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9 DH meetings in 2 years to try to sort shortages

The meetings have been "very instructive" for stakeholders, says the BAPW's Martin Sawer

The meetings between the Department of Health and pharmacy and manufacturing bodies have improved relations within the supply chain, says BAPW chief executive Martin Sawer


The government held nine group meetings with pharmacy and manufacturing bodies to discuss medicines shortages in 2013 and 2014, a C+D investigation has revealed.

The Department of Health’s (DH) supply chain forum held five meetings in 2013 and four meetings the following year, it told C+D in response to a Freedom of Information request. Meetings were attended by representatives from the MHRA, PSNC, the Royal Pharmaceutical Society, the British Association of Pharmaceutical Wholesalers (BAPW) and the Association of the British Pharmaceutical Industry (ABPI) among others, it said.

The group discussed ways to improve communication with pharmacists about medicines shortages, the use of buffer stocks, and how information about quotas could be made clearer, according to minutes seen by C+D.

The DH provided C+D with minutes for eight of the nine meetings it held across the two years. Minutes from its meeting in November 2014 had not yet been cleared for distribution, it said.

BAPW chief executive Martin Sawer told C+D this week that the meetings had been “very instructive” for the stakeholders who had attended. While he admitted progress on reducing shortages “could be quicker”, communication across the supply chain had improved as a result of the meetings, which was a “positive benefit”, he said.

Mike Hewitson, owner of Beaminster Pharmacy in Dorset, told C+D it was right the DH held meetings to discuss problems with stocks. But it needed to start holding stakeholders “to account for their actions” if they resulted in shortages. 

What was discussed?

Quotas: Stakeholders discussed how quotas were “not always flexible enough to meet patient demand”. The BAPW said wholesalers felt having national quotas would help them allocate medicines more effectively. More flexibility around when quotas started each month would also reduce shortages, it advised.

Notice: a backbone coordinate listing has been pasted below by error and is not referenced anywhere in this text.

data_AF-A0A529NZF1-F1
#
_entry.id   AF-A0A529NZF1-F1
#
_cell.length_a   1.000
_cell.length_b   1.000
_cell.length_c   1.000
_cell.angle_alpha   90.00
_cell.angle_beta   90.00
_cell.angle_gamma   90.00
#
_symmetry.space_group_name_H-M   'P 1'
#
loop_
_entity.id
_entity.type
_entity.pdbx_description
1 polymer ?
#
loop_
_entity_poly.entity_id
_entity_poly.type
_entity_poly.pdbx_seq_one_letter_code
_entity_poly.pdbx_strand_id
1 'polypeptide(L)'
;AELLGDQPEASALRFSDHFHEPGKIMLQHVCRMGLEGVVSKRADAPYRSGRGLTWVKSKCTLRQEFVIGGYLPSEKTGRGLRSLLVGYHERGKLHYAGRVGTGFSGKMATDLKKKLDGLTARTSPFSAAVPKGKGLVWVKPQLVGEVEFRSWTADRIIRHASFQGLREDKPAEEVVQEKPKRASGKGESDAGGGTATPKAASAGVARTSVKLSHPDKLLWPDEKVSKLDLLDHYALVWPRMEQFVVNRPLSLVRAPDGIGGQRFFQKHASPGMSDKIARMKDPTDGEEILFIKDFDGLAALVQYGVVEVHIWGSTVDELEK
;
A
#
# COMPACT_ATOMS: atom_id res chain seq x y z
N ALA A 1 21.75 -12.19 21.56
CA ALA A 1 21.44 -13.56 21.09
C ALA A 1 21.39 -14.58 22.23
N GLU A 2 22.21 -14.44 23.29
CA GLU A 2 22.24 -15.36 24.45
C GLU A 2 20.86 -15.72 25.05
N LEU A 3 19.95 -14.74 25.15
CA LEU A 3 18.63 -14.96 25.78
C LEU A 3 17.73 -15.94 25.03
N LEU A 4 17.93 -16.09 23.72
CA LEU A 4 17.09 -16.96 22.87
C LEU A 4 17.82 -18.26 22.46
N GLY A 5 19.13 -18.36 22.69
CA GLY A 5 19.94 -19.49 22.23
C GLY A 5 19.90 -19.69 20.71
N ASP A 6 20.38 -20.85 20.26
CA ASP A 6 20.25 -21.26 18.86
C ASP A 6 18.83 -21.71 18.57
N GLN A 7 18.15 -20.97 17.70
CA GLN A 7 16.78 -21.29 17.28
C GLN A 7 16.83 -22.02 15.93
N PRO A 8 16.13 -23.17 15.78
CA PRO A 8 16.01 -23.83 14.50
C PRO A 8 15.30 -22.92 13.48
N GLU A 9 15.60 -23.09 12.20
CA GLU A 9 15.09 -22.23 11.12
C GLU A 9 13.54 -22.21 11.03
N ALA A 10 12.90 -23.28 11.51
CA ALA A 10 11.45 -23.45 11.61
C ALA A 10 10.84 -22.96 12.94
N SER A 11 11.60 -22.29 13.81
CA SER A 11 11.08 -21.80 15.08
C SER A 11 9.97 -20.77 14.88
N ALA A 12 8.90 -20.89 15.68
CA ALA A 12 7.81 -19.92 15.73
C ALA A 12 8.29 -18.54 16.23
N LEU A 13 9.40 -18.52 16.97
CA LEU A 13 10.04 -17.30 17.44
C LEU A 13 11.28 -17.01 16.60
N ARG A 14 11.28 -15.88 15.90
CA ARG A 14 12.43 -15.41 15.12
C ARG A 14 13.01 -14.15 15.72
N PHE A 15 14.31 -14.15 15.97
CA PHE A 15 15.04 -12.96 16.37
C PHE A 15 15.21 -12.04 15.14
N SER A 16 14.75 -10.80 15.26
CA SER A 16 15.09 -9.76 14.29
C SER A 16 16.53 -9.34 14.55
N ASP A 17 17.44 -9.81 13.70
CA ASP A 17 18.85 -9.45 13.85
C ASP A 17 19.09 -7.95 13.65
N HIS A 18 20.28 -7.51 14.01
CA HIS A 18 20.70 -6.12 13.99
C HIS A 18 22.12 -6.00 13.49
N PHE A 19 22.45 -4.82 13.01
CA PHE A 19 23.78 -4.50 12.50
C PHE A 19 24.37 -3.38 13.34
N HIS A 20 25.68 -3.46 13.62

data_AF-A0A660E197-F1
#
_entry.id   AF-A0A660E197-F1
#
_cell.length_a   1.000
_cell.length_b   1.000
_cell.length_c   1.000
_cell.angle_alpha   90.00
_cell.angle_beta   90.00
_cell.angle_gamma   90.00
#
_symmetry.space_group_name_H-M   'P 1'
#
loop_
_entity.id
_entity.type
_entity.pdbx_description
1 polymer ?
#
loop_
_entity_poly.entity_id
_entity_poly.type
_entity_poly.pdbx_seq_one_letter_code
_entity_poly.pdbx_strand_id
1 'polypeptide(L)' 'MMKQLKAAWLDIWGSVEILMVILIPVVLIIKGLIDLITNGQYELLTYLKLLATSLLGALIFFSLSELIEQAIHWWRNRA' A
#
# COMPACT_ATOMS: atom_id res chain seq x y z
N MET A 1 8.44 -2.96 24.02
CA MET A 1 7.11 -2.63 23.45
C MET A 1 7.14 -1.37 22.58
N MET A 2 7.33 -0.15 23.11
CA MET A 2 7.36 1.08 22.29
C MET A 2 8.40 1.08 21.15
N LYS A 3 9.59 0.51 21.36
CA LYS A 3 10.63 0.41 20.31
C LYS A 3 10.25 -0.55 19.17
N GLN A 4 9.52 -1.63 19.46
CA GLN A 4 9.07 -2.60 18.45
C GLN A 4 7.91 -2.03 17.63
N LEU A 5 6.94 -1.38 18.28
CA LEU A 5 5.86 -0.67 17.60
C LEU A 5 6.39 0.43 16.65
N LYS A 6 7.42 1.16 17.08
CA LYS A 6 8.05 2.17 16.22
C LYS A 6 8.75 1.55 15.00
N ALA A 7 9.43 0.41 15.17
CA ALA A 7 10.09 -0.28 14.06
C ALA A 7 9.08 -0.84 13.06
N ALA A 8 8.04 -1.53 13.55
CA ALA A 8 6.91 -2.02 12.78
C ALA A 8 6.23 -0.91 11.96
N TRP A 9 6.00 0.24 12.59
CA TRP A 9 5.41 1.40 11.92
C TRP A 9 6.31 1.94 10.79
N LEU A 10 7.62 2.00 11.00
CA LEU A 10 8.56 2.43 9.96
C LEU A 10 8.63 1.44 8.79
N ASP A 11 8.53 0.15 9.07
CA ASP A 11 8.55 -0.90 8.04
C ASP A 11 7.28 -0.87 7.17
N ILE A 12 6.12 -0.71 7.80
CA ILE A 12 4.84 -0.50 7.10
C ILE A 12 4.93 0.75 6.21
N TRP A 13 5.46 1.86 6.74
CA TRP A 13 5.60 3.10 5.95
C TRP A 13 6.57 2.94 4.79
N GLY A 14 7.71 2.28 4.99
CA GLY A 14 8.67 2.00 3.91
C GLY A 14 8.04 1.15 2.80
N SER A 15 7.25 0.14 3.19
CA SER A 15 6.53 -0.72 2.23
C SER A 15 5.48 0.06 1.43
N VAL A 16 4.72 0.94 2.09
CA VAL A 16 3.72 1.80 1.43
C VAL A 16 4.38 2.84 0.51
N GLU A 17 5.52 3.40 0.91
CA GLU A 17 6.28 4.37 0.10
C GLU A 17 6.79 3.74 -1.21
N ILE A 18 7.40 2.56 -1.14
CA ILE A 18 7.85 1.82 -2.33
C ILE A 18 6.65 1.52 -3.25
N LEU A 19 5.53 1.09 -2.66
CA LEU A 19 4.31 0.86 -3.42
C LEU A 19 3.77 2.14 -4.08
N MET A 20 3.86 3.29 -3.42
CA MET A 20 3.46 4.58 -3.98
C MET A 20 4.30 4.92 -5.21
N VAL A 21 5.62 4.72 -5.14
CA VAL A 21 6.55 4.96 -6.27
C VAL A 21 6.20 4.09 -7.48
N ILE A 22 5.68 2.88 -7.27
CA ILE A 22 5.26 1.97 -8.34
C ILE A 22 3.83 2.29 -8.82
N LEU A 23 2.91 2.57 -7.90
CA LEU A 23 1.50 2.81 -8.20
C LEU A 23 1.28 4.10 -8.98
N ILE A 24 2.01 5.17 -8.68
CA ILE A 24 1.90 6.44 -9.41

Improving communication: A BAPW working party met with the NPA and PSNC in the first half of 2013 to discuss creating simple explanations for why medicines were unavailable that could be “harmonised between all wholesalers”. By July 2014, PSNC had backed a set of BAPW codes that provided this information.

Managing stock shortages: The group worked on best practice guidance for manufacturers, but by May 2014 the ABPI admitted this had run into “legal issues”. The group agreed that the planned document should be replaced by recently-published guidance by the European Federation of Pharmaceutical Industries and Associations. The MHRA said the guidance was a “step in the right direction”.

Source: DH meeting minutes 

Have the DH's meetings made a difference to stock shortages?

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Mustafa Bhaiji, Superintendent Pharmacist

Perhaps just as important as the communication with pharmacists being improved, I think it is also vital for the manufacturers to feed this information to GPs via their system providers. At the end of the day, if the GPs are reminded on their computer systems that the item is currently unavailable, it'll save pharmacy teams plenty of phone calls to advise the GPs to change scripts. This in itself is quite a time consuming exercise especially when the receptionists think they know better than the pharmacists! If this happens already, then I believe the communication system must be poor as we repeatedly see GPs prescribing products that are discontinued or long term out of stock.

Joan Richardson, Locum pharmacist

Still major problems with stock shortages - this week we cannot obtain Metoject in any strength and there is no information about when stocks may be available again - not a lot of help to patients depending on a weekly injection. Sno-tears have disappeared until October but at least we can obtain Liquifilm at the moment.

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